Velikovsky claimed that the Philistines came over from Cyprus during the disasters known from the account in Exodus [[3]] despite the fact that the Philistines and Abimelech, one of their kings, is mentioned a number of times in Genesis in connection with Abraham and Isaac. [[4]] Velikovsky’s reference there is to Jeremiah 47:4, which is shown in the preceding paragraph. He probably meant to use this reference in Deuteronomy which has the immigrants from Caphtor invading the territory of another people and wiping them out:

And the Avims which dwelt in Hazerim, even unto Azzah, the Caphtorims, which came forth out of Caphtor, destroyed them, and dwelt in their stead.. [[5]]

Amos credits the deity with the Philistines’ escape from an implied disaster of some sort:

Are ye not as children of the Ethiopians unto me, O children of Israel? saith the LORD. Have not I brought up Israel out of the land of Egypt? and the Philistines from Caphtor, and the Syrians from Kir? [[6]]

Elsewhere we Þnd And Pathrusim, and Casluhim, (out of whom came Philistim,) and Caphtorim [[7]] suggesting that the Philistim were not the Philistines as shown in the Revised Standard Version. [[8]] This is the only occurrence of the term in the KJV, but it occurs also in the Concordant Version, [[9]] which makes me wonder whether it is the same people after all. The Philistim appear to be descendants of Casluhim, while elsewhere the Caphtorim are described as the ancestors of the Philistines.

If so, there is a conflict here between two possible origins for the Philistines. Perhaps there was a subtle distinction, such that some ancestors of the Philistines later came to be known by a different name. Or perhaps these really are two people. Or perhaps the text is just corrupt in one or the other. The Genesis account of the origin of the Caphtorims purports to show their descent from Mizraim or Egypt, who was one of the sons of Ham. In this tale the Egyptian nation sprang from one of the sons of Noah. Perhaps most signiÞcantly, this differentiation of nations took place after the catastrophe of the Noachian Deluge.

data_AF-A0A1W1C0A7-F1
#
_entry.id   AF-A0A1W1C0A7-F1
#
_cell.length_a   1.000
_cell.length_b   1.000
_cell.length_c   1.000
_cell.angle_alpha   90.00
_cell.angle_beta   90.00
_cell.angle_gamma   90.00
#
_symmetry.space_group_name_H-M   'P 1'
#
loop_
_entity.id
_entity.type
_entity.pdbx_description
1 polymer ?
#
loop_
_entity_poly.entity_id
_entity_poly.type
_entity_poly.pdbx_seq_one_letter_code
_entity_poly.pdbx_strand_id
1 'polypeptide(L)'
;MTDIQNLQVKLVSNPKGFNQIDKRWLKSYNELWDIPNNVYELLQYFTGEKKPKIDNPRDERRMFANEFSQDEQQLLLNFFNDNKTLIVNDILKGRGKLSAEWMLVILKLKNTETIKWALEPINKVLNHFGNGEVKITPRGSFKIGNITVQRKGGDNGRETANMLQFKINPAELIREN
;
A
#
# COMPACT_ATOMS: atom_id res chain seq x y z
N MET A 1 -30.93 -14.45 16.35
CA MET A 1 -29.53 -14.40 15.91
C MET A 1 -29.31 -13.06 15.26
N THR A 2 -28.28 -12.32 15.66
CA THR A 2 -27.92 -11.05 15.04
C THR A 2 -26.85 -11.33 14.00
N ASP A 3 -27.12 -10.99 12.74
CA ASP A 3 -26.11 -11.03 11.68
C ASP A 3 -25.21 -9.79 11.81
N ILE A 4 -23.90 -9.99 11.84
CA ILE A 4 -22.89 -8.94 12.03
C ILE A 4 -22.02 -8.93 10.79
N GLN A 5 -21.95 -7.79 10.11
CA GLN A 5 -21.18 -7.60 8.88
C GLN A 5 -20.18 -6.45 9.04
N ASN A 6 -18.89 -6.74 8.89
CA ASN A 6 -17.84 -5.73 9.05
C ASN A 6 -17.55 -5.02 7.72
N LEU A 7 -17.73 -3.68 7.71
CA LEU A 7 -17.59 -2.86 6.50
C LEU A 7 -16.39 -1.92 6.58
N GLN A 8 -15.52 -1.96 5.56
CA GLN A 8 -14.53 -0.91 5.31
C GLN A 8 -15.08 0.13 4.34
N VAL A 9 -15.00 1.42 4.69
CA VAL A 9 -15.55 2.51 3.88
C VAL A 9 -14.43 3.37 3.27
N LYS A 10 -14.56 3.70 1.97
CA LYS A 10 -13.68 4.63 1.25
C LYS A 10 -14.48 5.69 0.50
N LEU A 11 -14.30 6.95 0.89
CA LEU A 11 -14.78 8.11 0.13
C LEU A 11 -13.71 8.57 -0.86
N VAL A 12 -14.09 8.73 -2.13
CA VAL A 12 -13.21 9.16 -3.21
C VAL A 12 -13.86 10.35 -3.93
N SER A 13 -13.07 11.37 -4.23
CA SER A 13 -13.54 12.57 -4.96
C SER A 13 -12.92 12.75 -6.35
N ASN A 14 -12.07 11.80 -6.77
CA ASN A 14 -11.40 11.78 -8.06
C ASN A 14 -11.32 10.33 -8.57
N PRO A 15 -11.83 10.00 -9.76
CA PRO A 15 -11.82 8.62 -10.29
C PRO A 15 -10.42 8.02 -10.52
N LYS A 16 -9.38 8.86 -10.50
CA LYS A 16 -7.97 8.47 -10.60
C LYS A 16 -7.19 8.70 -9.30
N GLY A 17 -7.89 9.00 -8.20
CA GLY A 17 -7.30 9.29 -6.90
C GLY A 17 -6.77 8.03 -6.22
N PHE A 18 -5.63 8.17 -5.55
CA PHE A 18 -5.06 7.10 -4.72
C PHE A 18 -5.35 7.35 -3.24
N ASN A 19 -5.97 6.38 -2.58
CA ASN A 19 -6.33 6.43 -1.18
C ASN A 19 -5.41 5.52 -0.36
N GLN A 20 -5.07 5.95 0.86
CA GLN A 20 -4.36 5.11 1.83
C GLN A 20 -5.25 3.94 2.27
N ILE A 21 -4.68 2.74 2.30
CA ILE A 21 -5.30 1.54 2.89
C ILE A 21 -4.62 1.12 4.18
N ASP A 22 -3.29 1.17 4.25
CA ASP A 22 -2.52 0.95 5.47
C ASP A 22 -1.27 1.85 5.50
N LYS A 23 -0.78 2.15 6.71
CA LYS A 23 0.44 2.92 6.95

The Philistines of Genesis are often regarded as a separate people, or an anachronism added to Genesis sometime after the Egyptian sojourn. This may be correct, since there is the reference to the Philistim, with its anomalous line of descent. There is no compelling reason why the Philistines would not have had settlements on the mainland prior to their flight from Caphtor, particularly if Cyprus was Caphtor. A flight from Crete to the mainland would have resulted in settlement in Greece or Anatolia.

Like immigrants down to the present day, they sought their relatives in the new land. The mainland territory was not large enough to hold their numbers, so they took the lands of at least one other people. A few generations later, when the Israelites returned to Canaan from Egypt, they found the descendants of the neighbors of their ancestors had prospered and allied themselves with enemies.